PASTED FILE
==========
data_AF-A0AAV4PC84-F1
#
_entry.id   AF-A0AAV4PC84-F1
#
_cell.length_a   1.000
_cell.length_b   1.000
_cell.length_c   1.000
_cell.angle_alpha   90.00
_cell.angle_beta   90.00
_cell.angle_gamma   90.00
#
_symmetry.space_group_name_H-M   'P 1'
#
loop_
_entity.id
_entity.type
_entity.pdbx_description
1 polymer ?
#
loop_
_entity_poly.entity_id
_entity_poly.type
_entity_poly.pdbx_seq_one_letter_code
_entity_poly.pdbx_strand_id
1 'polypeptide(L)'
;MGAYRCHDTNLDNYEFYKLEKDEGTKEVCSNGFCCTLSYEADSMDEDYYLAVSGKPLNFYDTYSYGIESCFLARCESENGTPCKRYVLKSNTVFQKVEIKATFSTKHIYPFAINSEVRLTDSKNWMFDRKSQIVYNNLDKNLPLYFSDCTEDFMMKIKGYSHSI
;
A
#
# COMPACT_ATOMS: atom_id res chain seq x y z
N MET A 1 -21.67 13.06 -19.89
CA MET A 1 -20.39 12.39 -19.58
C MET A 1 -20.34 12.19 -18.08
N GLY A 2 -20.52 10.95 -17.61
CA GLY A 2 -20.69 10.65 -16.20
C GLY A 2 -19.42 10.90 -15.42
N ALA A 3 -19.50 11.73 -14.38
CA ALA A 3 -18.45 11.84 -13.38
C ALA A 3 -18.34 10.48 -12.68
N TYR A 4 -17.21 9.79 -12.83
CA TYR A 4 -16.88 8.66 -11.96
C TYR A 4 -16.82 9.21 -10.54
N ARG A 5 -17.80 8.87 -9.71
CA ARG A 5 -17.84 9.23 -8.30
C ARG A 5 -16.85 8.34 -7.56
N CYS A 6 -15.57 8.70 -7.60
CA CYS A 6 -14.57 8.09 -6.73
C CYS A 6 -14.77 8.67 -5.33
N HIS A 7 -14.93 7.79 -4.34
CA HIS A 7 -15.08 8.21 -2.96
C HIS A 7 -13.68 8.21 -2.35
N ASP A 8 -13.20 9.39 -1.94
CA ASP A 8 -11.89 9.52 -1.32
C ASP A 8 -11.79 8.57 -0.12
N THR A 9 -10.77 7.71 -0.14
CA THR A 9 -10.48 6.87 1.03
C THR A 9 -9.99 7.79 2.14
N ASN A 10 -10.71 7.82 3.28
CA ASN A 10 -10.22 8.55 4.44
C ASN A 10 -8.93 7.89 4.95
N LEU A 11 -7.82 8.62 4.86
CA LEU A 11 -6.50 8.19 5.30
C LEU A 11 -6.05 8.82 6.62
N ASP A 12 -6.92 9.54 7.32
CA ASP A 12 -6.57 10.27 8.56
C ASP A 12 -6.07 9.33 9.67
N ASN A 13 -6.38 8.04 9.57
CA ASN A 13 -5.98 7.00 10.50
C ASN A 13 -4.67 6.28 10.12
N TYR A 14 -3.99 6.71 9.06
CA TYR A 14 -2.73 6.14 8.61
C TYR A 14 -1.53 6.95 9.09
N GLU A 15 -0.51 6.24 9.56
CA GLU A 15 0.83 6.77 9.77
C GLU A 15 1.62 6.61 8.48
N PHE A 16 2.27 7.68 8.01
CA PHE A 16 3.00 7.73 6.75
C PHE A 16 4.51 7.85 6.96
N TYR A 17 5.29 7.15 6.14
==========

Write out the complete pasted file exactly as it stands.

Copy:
data_AF-A0AAV4PC84-F1
#
_entry.id   AF-A0AAV4PC84-F1
#
_cell.length_a   1.000
_cell.length_b   1.000
_cell.length_c   1.000
_cell.angle_alpha   90.00
_cell.angle_beta   90.00
_cell.angle_gamma   90.00
#
_symmetry.space_group_name_H-M   'P 1'
#
loop_
_entity.id
_entity.type
_entity.pdbx_description
1 polymer ?
#
loop_
_entity_poly.entity_id
_entity_poly.type
_entity_poly.pdbx_seq_one_letter_code
_entity_poly.pdbx_strand_id
1 'polypeptide(L)'
;MGAYRCHDTNLDNYEFYKLEKDEGTKEVCSNGFCCTLSYEADSMDEDYYLAVSGKPLNFYDTYSYGIESCFLARCESENGTPCKRYVLKSNTVFQKVEIKATFSTKHIYPFAINSEVRLTDSKNWMFDRKSQIVYNNLDKNLPLYFSDCTEDFMMKIKGYSHSI
;
A
#
# COMPACT_ATOMS: atom_id res chain seq x y z
N MET A 1 -21.67 13.06 -19.89
CA MET A 1 -20.39 12.39 -19.58
C MET A 1 -20.34 12.19 -18.08
N GLY A 2 -20.52 10.95 -17.61
CA GLY A 2 -20.69 10.65 -16.20
C GLY A 2 -19.42 10.90 -15.42
N ALA A 3 -19.50 11.73 -14.38
CA ALA A 3 -18.45 11.84 -13.38
C ALA A 3 -18.34 10.48 -12.68
N TYR A 4 -17.21 9.79 -12.83
CA TYR A 4 -16.88 8.66 -11.96
C TYR A 4 -16.82 9.21 -10.54
N ARG A 5 -17.80 8.87 -9.71
CA ARG A 5 -17.84 9.23 -8.30
C ARG A 5 -16.85 8.34 -7.56
N CYS A 6 -15.57 8.70 -7.60
CA CYS A 6 -14.57 8.09 -6.73
C CYS A 6 -14.77 8.67 -5.33
N HIS A 7 -14.93 7.79 -4.34
CA HIS A 7 -15.08 8.21 -2.96
C HIS A 7 -13.68 8.21 -2.35
N ASP A 8 -13.20 9.39 -1.94
CA ASP A 8 -11.89 9.52 -1.32
C ASP A 8 -11.79 8.57 -0.12
N THR A 9 -10.77 7.71 -0.14
CA THR A 9 -10.48 6.87 1.03
C THR A 9 -9.99 7.79 2.14
N ASN A 10 -10.71 7.82 3.28
CA ASN A 10 -10.22 8.55 4.44
C ASN A 10 -8.93 7.89 4.95
N LEU A 11 -7.82 8.62 4.86
CA LEU A 11 -6.50 8.19 5.30
C LEU A 11 -6.05 8.82 6.62
N ASP A 12 -6.92 9.54 7.32
CA ASP A 12 -6.57 10.27 8.56
C ASP A 12 -6.07 9.33 9.67
N ASN A 13 -6.38 8.04 9.57
CA ASN A 13 -5.98 7.00 10.50
C ASN A 13 -4.67 6.28 10.12
N TYR A 14 -3.99 6.71 9.06
CA TYR A 14 -2.73 6.14 8.61
C TYR A 14 -1.53 6.95 9.09
N GLU A 15 -0.51 6.24 9.56
CA GLU A 15 0.83 6.77 9.77
C GLU A 15 1.62 6.61 8.48
N PHE A 16 2.27 7.68 8.01
CA PHE A 16 3.00 7.73 6.75
C PHE A 16 4.51 7.85 6.96
N TYR A 17 5.29 7.15 6.14